Happy St. Patrick’s Day! Stress Management Irish Style!

Today is a day when we all celebrate being Irish. Being of Irish ancestry (the McNulty clan) and having been to the Emerald Isle a few times, I can tell you there is much to celebrate: Here are some fun facts to ponder about our Irish brethren:

• The most common surname in Ireland is Murphy.
• The Celtic harp, not the shamrock, is the symbol of Ireland and can be found on the Irish Passport and the back of the 1 EU coin.
• The style of dance known as “River dance” was created when the British outlawed Celtic music and dance centuries ago, hence people learned to dance with little motion from the waist up so that it appeared from the outside of pub windows that nothing was going on.
• Bono (of U2 fame) is the only person who has been nominated for an Oscar, Grammy, Golden Globe and Nobel Peace Prize.
• Although Enya has never performed a live concert (other than the Academy Awards), she has sold over 70+ million albums.
• Like Switzerland, Ireland is a neutral country.
• The expressions, “Tying the knot” and “honeymoon” are original Irish expressions
• The Blarney Stone is actually part of a castle wall (the Blarney Castle). To kiss the stone, you have to climb to the top of the castle and lay on your back over the edge holding on to guard rails.
• The world “galore” comes from the Gaelic words “go leor” which means “plenty.”
The Irish don’t use the expression, “Top of the Morning.” This line was created by two screenwriters for a Bing Crosby movie of the same name.
Speaking of movies, the Cliffs of Moher, one of Ireland’s most popular tourist attractions, were filmed in The Princess Bride as the “Cliffs of Insanity.”

Stress Tip for the Day:
You can start by wearing something green today, but if you really want to practice stress management Celtic style, start by wearing a smile. The Irish pride themselves by not taking themselves too seriously (this comes from 800 years of British occupation where they nearly lost their religion, language, music and culture), and… they have a great sense of humor! Smile!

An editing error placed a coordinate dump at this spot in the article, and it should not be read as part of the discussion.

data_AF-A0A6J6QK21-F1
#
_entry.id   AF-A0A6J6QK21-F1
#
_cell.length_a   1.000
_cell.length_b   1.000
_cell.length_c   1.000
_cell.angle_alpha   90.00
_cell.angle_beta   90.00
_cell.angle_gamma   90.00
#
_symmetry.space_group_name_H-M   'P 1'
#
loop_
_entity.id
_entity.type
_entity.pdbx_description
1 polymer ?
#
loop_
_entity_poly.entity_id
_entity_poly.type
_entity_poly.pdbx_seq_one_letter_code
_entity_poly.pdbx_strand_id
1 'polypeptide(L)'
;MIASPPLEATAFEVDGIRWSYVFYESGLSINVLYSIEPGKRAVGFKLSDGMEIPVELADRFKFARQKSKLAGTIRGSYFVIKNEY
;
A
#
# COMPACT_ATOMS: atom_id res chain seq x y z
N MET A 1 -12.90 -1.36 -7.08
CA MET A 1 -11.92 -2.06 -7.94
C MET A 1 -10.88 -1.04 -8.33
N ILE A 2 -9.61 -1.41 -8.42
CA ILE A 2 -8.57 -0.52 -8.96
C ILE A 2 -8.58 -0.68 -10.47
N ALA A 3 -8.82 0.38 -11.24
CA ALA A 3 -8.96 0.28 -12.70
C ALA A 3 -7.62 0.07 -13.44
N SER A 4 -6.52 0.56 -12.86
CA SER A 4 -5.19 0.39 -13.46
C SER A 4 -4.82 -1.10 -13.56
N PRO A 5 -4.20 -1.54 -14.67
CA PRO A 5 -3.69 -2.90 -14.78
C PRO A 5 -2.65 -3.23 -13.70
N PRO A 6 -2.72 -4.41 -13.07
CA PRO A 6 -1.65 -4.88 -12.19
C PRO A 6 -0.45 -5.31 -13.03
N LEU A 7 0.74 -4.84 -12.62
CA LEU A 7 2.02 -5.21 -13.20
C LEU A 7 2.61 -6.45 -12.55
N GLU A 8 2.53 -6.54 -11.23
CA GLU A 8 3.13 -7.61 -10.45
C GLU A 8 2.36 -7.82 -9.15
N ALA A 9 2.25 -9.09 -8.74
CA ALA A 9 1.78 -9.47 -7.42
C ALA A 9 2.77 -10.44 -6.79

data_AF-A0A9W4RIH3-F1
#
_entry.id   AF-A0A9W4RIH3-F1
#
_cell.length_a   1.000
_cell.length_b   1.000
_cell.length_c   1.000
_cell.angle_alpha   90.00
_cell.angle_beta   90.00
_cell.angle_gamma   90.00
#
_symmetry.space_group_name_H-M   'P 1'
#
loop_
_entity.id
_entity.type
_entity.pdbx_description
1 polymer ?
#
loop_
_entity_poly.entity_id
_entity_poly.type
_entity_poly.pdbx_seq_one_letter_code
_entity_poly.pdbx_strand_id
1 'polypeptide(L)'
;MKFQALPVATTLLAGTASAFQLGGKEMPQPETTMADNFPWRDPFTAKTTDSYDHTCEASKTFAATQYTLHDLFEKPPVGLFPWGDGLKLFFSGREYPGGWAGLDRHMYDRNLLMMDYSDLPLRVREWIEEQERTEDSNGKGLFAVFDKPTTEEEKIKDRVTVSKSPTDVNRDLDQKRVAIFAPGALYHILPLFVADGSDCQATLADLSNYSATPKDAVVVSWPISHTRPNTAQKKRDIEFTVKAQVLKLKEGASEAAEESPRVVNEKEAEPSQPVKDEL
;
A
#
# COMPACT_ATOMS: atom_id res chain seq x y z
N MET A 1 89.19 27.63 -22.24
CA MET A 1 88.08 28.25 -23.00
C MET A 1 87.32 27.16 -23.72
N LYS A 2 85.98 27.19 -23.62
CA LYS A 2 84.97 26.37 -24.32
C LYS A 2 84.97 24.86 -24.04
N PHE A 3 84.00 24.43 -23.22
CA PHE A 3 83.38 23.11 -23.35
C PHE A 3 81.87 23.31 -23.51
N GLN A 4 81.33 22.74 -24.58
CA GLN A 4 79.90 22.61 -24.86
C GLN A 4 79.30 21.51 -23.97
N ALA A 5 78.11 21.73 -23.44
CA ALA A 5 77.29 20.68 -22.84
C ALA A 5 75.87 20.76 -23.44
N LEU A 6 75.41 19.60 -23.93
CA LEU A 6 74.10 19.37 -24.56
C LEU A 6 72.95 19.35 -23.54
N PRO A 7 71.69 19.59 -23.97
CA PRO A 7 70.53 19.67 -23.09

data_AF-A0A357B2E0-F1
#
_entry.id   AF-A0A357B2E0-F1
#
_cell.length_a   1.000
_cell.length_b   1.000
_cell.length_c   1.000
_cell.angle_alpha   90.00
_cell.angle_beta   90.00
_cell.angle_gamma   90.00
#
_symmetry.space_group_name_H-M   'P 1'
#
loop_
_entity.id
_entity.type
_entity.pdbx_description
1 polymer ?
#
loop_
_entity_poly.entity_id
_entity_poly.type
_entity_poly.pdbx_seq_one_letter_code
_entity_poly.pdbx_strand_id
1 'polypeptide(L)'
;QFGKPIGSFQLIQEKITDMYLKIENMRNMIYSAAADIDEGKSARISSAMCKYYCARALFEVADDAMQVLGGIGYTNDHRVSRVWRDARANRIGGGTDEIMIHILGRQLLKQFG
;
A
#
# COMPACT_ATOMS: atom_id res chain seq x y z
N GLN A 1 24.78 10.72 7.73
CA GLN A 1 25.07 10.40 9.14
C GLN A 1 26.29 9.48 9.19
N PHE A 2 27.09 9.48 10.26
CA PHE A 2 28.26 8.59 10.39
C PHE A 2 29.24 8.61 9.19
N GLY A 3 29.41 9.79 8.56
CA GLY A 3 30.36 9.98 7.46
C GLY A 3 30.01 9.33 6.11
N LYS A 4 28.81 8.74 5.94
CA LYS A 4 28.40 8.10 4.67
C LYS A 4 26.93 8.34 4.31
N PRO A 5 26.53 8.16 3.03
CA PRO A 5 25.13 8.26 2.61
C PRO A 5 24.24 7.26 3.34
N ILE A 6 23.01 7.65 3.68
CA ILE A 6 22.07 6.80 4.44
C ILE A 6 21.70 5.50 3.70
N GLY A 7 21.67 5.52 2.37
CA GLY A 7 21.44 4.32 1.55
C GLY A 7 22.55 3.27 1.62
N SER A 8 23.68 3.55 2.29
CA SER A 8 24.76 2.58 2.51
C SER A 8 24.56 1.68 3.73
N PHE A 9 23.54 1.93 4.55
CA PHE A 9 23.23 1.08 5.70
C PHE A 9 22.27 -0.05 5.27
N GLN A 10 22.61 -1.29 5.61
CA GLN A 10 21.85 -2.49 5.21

Links/Books/Movies Worth Noting:
Here are my top 10 Irish movie recommendations:
1. Waking Ned Divine
2. My Left Foot
3. The Secret of Roan Inis

4. Michael Collins

5. The Commitments 6. Ondine
7. Book of Kells

8. Into the West
9. In the Name of the Father

10. The Wind that Shakes the Barley

• Also, if you get a chance to see the PBS special, The High Kings, don’t miss it.

Quote for the Day:
“May your blessings outnumber the shamrocks that grow, and may trouble avoid you wherever you go.” — Irish Blessing

Photo for the Day:
There were a great many images to choose from, but the Cliffs of Moher are one of the top tourist sites in the country. So to honor Ireland (and the perennial favorite movie which has nothing to do with Ireland, The Princess Bride) here is a photo of the renowned Cliffs of Moher. Enjoy!

Brian Luke Seaward, Ph.D. is an internationally renowned expert in the fields of stress management, mind-body-spirit healing and stress and human spirituality. He is the author of over 10 books including the bestsellers, Stand Like Mountain, Flow Like Water, Stressed Is Desserts Spelled Backward, The Art of Calm, Quiet Mind, Fearless Heart and Managing Stress (6E). He can be reached through his website:www.brianlukeseaward.net

© Brian Luke Seaward, Ph.D.

Brian Luke Seaward

Author Brian Luke Seaward

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Join the discussion 2 Comments

  • Jo says:

    well done, Luke. happy day to you. 😉

  • Moshe Sharon says:

    The word “Stress” actually relates to wear and tear as when the rubber meets the road on a tire or the brake pads pressing up against the rotor in the wheel. The term as it applies to living organisms was first introduced by Hans Seyle in the 1930’s who defined it as the consequence of the failure of an organism (human or animal) to respond appropriately to emotional or physical threats, whether actual or imagined. Thus stress symptoms are the manifestation of a chronic state of responses to stress triggers that are actually benign. Even a thought can set off the same response mechanism that would be in play while standing in front of a hungry lion. Hence, Seyle’s definition still reaches to the heart of stress management; the idea of the response being inappropriate and engaging in a process of altering ones misperception of pending disaster or imminent danger. http://soulfulthought.blogspot.com

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